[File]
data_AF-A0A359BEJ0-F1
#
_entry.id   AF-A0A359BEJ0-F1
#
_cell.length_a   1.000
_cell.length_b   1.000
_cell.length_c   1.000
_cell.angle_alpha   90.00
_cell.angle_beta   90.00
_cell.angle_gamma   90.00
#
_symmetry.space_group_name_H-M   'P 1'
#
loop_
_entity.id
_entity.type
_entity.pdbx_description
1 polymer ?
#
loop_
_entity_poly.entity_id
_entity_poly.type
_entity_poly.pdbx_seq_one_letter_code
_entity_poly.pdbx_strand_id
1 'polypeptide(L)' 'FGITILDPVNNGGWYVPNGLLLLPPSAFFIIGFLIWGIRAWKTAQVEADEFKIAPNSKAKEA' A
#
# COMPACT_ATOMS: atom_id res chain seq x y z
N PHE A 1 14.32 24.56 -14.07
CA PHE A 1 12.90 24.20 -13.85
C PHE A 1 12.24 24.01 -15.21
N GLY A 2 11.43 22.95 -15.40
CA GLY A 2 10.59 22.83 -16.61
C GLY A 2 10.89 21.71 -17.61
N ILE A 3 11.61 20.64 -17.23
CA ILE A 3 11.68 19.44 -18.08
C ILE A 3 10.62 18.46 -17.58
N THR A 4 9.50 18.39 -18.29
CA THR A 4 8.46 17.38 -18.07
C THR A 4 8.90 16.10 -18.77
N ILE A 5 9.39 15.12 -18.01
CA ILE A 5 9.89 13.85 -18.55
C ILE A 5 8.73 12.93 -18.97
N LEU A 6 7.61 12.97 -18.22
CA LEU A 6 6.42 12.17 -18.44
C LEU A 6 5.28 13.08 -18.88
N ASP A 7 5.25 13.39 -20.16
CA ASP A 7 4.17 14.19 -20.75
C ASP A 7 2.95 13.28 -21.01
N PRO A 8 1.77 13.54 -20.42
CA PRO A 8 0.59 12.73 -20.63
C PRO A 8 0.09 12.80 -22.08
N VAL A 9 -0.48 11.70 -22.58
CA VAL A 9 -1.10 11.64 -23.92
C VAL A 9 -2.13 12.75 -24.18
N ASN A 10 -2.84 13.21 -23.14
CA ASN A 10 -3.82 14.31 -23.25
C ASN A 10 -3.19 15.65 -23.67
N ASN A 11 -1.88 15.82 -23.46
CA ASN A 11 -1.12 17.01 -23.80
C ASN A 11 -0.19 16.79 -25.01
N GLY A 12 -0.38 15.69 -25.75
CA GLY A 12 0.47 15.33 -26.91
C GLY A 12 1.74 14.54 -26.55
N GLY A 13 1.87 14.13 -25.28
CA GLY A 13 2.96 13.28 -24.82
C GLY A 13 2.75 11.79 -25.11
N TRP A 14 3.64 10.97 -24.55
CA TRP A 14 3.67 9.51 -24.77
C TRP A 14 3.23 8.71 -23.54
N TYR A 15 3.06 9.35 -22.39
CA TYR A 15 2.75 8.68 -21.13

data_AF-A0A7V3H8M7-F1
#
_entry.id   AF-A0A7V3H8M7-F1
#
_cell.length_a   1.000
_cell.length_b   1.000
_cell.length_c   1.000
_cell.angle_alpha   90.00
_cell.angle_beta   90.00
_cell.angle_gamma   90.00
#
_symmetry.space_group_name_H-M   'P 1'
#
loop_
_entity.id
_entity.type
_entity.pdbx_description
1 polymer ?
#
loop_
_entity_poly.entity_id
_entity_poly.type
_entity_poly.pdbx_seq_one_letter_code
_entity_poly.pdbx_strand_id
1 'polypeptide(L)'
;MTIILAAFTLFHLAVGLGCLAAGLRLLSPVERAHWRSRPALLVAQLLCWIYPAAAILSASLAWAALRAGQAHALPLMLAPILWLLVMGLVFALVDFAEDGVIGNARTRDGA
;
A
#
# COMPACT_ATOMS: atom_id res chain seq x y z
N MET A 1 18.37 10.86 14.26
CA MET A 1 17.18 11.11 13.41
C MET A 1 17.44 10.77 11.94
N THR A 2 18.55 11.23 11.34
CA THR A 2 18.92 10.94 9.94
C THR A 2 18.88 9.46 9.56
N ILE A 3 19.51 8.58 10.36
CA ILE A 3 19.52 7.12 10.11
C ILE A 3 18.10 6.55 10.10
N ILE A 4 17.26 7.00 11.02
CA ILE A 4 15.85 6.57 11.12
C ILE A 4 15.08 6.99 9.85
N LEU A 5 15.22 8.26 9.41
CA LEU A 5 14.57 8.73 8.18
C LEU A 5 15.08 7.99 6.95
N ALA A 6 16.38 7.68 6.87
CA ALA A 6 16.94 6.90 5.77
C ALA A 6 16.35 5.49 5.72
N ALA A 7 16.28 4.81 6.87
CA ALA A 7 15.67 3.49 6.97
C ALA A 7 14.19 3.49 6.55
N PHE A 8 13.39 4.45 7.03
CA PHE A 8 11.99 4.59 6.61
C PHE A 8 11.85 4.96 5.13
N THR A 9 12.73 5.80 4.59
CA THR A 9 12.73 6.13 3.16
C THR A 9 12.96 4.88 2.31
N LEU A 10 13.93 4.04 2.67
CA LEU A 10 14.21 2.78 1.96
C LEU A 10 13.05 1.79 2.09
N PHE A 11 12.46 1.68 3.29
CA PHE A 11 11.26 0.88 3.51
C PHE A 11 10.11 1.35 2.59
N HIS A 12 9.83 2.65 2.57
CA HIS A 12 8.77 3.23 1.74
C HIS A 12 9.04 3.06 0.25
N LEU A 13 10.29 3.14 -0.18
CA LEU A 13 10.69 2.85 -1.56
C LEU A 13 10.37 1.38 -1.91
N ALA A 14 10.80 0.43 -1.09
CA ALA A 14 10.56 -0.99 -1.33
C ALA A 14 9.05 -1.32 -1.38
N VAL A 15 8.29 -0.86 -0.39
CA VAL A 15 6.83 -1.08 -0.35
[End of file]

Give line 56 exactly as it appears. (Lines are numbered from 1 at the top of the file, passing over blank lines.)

CA ASN A 10 -3.82 14.31 -23.25